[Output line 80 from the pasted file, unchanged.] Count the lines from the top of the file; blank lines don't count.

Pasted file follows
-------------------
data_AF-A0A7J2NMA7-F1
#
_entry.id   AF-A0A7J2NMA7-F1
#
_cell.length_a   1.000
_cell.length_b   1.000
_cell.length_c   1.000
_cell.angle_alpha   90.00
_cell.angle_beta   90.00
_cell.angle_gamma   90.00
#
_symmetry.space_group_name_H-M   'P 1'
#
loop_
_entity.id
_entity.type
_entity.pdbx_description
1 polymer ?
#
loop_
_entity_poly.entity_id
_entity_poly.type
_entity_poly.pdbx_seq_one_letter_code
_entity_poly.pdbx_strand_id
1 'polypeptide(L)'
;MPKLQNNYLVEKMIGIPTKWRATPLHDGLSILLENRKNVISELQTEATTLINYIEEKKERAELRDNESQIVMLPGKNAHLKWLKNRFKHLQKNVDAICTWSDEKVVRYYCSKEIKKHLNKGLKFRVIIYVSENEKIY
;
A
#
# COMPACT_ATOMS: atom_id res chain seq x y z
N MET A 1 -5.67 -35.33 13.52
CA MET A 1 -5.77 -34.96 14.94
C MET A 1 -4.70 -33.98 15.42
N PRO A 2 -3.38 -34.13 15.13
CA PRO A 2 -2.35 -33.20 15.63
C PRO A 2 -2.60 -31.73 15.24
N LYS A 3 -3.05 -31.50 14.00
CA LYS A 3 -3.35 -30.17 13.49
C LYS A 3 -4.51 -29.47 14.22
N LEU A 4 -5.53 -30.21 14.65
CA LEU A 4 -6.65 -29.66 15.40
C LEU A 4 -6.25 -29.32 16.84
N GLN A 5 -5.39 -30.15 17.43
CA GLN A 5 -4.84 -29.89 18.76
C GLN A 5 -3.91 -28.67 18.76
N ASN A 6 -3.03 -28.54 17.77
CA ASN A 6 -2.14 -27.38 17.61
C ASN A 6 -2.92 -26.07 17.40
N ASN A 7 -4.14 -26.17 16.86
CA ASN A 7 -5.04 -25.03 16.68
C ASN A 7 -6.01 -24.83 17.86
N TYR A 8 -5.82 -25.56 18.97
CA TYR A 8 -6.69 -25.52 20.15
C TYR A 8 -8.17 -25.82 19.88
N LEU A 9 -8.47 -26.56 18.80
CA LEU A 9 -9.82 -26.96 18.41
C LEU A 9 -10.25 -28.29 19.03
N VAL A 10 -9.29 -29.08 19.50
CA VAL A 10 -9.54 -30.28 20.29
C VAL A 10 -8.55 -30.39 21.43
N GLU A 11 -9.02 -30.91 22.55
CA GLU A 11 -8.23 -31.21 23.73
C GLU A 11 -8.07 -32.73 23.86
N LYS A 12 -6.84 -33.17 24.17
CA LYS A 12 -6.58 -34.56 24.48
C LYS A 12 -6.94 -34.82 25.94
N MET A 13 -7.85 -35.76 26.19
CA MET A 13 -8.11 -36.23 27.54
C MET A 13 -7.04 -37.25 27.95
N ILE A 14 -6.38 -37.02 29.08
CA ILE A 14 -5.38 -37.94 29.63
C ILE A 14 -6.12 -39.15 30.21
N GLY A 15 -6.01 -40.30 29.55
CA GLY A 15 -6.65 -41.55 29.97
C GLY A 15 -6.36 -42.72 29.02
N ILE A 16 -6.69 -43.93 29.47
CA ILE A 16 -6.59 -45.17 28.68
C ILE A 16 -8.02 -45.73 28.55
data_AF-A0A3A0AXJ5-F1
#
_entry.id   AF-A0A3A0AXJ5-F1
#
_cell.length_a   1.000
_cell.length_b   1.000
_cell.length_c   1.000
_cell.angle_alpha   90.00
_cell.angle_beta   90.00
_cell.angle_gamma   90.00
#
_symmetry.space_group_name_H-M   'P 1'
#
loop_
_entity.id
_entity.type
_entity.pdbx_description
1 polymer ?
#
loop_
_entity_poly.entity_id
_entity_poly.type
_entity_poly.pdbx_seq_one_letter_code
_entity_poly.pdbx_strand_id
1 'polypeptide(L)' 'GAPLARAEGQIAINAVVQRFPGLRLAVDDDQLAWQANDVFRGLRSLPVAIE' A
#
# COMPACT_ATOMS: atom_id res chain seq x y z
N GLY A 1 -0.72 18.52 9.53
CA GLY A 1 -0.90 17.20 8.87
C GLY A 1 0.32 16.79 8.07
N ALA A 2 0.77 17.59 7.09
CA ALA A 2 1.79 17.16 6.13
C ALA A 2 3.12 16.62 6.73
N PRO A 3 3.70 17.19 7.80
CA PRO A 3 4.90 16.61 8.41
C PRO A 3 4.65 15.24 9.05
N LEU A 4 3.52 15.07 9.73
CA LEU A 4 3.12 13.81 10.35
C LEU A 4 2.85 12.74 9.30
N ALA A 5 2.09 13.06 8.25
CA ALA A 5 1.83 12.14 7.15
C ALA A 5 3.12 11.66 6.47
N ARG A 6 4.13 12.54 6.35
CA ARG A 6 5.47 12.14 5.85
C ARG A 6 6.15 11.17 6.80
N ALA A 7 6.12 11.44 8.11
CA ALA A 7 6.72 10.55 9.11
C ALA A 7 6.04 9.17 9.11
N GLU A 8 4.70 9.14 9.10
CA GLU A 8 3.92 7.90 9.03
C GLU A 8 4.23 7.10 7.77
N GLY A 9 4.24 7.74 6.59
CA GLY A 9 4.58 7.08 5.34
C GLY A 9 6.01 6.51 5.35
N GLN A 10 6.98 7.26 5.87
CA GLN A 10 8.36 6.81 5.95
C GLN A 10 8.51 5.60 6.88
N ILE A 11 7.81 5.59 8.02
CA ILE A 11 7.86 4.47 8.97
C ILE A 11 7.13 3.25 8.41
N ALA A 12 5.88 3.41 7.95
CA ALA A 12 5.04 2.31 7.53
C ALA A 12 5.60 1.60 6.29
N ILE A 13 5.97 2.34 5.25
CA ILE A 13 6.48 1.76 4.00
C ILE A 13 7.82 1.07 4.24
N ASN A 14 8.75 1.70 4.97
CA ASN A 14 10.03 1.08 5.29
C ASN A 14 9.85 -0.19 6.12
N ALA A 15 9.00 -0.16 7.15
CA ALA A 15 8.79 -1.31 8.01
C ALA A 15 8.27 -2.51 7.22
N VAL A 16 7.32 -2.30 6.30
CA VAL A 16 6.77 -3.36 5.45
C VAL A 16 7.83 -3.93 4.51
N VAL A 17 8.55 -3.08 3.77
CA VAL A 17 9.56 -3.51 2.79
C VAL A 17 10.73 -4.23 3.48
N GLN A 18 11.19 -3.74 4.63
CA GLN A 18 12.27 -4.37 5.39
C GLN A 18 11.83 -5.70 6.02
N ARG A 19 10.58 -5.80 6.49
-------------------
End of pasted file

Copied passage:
#